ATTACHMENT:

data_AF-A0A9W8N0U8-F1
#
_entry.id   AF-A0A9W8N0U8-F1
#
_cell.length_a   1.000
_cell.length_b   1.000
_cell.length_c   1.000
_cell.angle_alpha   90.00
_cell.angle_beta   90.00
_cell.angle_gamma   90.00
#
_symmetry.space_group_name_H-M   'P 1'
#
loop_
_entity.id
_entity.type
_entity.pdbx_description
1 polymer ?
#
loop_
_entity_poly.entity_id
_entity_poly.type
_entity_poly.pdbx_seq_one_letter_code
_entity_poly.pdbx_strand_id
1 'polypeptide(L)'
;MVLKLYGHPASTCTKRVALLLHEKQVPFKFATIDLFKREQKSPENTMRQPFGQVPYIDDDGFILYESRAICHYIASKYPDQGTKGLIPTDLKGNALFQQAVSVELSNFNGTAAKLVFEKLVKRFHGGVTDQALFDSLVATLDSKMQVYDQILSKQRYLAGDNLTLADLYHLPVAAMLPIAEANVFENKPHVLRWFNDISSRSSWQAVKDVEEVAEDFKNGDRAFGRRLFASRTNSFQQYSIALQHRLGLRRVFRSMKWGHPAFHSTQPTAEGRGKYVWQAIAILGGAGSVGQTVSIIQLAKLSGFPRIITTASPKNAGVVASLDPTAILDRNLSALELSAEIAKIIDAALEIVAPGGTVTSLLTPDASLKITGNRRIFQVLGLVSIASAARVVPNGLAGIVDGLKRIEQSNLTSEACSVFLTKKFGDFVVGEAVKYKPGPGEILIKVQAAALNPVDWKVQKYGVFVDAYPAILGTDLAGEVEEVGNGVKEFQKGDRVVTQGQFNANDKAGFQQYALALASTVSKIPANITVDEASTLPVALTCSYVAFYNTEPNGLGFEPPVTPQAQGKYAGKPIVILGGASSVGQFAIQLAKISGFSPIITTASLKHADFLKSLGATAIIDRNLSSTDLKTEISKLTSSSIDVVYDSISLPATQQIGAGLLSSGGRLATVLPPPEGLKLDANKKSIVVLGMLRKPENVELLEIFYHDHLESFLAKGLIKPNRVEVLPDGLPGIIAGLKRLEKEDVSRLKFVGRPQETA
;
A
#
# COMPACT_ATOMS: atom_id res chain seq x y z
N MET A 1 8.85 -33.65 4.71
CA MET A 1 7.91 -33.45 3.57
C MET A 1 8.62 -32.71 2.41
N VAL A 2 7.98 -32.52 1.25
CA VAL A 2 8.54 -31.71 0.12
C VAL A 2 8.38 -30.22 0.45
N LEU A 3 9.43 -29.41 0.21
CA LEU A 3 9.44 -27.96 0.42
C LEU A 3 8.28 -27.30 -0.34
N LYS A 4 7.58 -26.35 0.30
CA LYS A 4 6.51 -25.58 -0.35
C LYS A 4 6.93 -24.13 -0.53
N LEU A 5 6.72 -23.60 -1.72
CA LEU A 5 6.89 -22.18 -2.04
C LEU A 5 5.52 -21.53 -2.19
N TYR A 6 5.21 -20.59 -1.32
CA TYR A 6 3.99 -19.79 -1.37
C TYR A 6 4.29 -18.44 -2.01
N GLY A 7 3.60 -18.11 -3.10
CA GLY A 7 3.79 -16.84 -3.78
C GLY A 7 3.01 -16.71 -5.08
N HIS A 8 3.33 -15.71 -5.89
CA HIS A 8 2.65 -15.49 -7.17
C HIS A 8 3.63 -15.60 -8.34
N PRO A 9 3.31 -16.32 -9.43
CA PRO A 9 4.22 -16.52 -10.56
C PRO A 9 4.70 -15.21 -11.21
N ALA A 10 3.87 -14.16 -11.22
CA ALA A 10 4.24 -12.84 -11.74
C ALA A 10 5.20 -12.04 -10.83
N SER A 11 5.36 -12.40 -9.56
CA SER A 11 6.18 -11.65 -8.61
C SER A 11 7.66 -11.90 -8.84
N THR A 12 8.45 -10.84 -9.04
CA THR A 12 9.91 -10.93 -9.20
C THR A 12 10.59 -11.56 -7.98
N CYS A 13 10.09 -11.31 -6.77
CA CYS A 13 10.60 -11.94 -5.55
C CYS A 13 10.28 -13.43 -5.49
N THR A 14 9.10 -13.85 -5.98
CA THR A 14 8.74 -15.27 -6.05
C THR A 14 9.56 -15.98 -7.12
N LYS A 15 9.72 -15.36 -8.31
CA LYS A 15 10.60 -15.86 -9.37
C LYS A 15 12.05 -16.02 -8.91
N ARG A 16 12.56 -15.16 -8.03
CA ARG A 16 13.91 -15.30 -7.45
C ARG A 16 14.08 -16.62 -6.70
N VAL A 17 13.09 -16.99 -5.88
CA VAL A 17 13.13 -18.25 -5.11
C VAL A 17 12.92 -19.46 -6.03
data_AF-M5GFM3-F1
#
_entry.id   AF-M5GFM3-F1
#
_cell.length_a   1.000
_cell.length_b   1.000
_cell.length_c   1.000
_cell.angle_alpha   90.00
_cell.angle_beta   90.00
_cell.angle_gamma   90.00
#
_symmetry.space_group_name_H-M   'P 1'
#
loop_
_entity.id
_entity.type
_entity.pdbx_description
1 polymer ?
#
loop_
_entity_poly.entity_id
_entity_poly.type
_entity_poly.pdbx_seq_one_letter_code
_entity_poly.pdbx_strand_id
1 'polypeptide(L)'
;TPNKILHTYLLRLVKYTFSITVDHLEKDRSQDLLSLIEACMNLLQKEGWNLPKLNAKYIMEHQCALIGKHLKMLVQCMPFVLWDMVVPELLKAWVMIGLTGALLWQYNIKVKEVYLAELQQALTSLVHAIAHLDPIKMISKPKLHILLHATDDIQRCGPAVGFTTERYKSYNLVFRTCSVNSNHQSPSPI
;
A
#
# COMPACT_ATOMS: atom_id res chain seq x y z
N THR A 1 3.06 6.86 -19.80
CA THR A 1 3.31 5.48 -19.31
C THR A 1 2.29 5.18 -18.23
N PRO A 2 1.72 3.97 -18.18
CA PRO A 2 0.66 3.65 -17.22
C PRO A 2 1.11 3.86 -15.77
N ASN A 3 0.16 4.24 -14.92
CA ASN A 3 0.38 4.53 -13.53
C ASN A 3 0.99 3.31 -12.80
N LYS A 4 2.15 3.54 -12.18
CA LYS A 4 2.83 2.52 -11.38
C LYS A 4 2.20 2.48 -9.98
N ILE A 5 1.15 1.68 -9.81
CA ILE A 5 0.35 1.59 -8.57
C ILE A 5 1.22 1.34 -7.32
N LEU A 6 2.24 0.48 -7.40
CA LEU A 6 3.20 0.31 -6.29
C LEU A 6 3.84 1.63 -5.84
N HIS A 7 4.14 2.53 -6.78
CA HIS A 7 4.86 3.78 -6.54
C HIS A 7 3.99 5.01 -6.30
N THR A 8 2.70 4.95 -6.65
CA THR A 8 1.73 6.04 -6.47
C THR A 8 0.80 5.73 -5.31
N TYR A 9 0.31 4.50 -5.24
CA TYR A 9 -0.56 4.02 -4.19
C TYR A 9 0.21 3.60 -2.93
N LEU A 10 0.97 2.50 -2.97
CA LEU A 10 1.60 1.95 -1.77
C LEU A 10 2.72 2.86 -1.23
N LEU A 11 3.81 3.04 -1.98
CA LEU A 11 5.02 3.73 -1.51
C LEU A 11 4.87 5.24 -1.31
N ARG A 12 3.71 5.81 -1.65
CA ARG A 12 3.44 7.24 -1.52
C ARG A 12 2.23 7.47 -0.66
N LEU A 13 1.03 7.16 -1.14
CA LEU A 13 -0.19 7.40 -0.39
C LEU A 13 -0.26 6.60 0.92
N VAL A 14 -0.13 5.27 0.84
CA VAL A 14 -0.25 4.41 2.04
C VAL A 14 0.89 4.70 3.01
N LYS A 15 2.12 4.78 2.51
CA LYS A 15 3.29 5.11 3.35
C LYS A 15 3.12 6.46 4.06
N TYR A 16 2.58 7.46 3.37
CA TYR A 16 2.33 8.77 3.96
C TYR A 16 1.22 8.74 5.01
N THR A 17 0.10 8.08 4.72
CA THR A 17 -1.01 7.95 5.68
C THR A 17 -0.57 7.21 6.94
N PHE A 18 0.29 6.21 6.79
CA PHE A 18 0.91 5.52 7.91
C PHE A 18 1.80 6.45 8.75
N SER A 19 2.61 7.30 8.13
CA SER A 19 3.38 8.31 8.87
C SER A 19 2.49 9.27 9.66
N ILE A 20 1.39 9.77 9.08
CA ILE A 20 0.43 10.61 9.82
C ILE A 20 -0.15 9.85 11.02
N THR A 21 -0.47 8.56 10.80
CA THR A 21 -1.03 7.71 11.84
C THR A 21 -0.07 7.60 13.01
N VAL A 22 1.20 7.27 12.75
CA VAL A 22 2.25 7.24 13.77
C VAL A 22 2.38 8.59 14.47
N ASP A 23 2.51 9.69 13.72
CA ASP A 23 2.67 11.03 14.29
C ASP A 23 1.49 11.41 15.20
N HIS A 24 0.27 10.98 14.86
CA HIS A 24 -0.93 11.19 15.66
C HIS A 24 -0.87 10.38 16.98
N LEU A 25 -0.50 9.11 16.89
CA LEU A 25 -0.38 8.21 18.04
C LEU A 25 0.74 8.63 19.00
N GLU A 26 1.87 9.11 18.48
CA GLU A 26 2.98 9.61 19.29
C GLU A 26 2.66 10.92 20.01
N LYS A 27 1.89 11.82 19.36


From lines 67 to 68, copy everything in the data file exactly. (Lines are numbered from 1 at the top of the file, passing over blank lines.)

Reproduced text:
N CYS A 13 10.09 -11.31 -6.77
CA CYS A 13 10.60 -11.94 -5.55